A rise in the base rate could have the average homeowner paying £1,139 per month more than they were before the hikes began.
Any expected hike to the base rate would be the 14th consecutive rise since December 2021.
With more than 1.4million mortgage deals coming to an end this year, may homeowners will be facing a fresh financial shock when their repayments skyrocket.
Ahead of the Bank of England’s Monetary Policy Committee (MPC) meeting on August 3, research commissioned by TotallyMoney calculated the cost of both a 0.25 and 0.5 percentage points increase on borrowers with a variable rate deal.
Following the inflation drop to 7.9 percent, markets are pricing a 0.25 percentage points increase as the most likely option.
Moneycomms found that a 0.25 percentage point hike would mean the average homeowner on a variable rate will need to fork out an additional £32 per month, with repayments up by £593 from November 2021.
Unsurprisingly, Londoners will feel the biggest impact where the average house price was £519,934, meaning a 0.25 percentage points increase would add an extra £61 per month to repayments, meaning the average homeowner would now be paying £1,139 per month more than before the hikes began.
Andrew Hagger, Personal Finance Expert, Moneycomms.co.uk said: “Borrowers, especially mortgage customers due to refinance in the coming months, will hope that this 14th successive hike will be the last, but much still depends on the next inflation data due out in just under a fortnight from now
“If there’s a further decent correction in the rate of inflation on August 16 it could be that the base rate has peaked for this cycle and that borrowing costs will start to fall.
“The problem is that any meaningful downward movement in mortgage rates isn’t going to happen overnight, meaning that the six months breathing space that lenders are giving at present may need to be extended to help borrowers come through the other side”.
Alastair Douglas, TotallyMoney CEO shared his five recommendations for mortgage customers.
Speak to lenders
“If you’re struggling to keep up with repayments, contact your lender at the earliest possible opportunity. Both the Financial Conduct Authority, and the government have called on banks to be flexible and supportive.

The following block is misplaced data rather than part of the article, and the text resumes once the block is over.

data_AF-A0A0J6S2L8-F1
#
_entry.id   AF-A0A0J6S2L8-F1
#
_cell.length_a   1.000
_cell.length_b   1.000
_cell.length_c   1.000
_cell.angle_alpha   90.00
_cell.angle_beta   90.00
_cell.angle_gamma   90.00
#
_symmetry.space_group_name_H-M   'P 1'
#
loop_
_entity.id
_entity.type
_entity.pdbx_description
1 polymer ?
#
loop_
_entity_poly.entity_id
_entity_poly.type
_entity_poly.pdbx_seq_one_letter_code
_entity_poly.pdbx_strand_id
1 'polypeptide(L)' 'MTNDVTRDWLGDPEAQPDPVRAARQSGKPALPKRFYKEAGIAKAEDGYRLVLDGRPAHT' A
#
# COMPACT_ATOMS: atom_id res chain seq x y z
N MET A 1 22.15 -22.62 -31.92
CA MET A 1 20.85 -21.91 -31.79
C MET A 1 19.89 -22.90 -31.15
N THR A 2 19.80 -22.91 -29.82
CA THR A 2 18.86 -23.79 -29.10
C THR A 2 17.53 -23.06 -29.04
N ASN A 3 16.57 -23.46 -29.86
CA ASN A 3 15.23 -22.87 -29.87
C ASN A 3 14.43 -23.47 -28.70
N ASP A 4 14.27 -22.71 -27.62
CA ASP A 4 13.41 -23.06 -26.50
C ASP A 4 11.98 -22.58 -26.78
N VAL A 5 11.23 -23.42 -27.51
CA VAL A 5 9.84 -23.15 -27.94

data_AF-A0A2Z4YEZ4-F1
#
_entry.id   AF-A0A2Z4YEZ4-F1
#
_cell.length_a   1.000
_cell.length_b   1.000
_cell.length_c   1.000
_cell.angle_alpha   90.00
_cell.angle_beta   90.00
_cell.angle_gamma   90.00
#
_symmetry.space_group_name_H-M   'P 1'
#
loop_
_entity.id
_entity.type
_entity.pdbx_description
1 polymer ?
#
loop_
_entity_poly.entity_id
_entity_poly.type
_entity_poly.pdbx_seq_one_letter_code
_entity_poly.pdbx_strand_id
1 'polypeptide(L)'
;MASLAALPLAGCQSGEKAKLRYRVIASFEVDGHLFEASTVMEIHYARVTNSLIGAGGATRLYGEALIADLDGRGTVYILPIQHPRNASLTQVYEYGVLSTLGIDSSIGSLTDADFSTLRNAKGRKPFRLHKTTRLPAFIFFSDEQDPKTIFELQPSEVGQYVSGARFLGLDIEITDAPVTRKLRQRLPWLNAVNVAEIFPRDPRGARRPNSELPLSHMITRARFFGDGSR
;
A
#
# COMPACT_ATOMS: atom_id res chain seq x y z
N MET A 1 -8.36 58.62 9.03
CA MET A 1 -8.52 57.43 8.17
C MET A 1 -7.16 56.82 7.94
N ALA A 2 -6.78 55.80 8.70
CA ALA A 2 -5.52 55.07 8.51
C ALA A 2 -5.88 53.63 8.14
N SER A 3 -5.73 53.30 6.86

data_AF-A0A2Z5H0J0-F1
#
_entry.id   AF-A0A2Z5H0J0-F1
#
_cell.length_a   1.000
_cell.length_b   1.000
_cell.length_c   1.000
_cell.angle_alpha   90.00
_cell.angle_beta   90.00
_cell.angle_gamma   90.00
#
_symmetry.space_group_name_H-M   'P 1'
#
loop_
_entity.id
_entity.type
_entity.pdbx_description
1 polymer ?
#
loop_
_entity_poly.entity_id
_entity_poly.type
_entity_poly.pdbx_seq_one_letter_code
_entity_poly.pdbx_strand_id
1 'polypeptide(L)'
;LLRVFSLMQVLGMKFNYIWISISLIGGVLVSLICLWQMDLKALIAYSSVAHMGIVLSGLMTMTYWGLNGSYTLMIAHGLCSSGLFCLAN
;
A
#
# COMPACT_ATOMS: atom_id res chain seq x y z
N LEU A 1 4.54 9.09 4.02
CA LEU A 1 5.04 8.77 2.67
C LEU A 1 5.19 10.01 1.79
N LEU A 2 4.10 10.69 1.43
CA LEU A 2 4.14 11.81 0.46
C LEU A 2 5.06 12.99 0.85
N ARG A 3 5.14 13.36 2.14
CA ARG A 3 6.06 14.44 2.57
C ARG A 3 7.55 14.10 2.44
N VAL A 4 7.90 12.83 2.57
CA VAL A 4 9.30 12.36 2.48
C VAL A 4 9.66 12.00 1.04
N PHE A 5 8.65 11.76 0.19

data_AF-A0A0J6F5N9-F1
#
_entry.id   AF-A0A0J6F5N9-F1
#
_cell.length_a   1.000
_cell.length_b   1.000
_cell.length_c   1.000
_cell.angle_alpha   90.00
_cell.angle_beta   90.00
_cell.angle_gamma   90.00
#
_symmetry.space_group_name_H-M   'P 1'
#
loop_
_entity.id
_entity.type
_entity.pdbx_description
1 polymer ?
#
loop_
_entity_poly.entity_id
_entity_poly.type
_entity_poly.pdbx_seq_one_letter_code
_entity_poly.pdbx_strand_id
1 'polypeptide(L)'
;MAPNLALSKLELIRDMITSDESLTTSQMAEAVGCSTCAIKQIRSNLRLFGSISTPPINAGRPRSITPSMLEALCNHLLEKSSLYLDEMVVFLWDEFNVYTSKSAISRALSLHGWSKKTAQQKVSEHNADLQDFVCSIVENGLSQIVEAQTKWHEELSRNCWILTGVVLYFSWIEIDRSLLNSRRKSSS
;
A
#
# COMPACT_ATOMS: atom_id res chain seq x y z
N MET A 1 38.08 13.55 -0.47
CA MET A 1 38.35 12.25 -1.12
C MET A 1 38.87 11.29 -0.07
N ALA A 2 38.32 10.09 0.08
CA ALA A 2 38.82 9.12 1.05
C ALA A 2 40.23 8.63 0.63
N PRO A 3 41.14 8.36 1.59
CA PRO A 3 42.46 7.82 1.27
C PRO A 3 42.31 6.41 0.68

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“Your lender could let you temporarily reduce your rate, give you more time to make payments, extend the term of the agreement, or switch to interest only.
“And remember, although one in five people think it could, asking for help won’t impact your credit rating. However, missed payments can — and they could stay on your credit file for up to six years. If these persist, you might end up in mortgage arrears, leading to court action and even repossession.”
Double-check the current deal
“Double-check when your current deal is coming to an end. If you don’t lock in a new one beforehand, you might be in for a shock when your lender puts you on the Standard Variable Rate (SVR) which can sometimes be the most expensive around. Even if you’re not looking to lock in a new deal, you can at least budget for the new repayments when your current one comes to an end.”
Contact an independent broker
“If your current deal is coming to an end then contact an independent mortgage broker who’ll be able to provide you with sound, personalised advice on what your options are.”
Overpay (if you can)
“Lenders will usually let you make mortgage overpayments of around 10% per year, meaning you can reduce the amount you owe and at a lower rate, saving money on interest, and reducing the term of your agreement. The savings can be substantial, so if you can afford to, or if you’re sitting on savings, do the calculations and see if you’d be better off.”
Check the credit report
“Checking your credit report is free to do, and will show you the information banks use when choosing who to lend money to. If you spot any errors you can raise a dispute, and by checking your credit report you can make sure the information is correct and up to date. The best deals are usually reserved for those with the best scores.”
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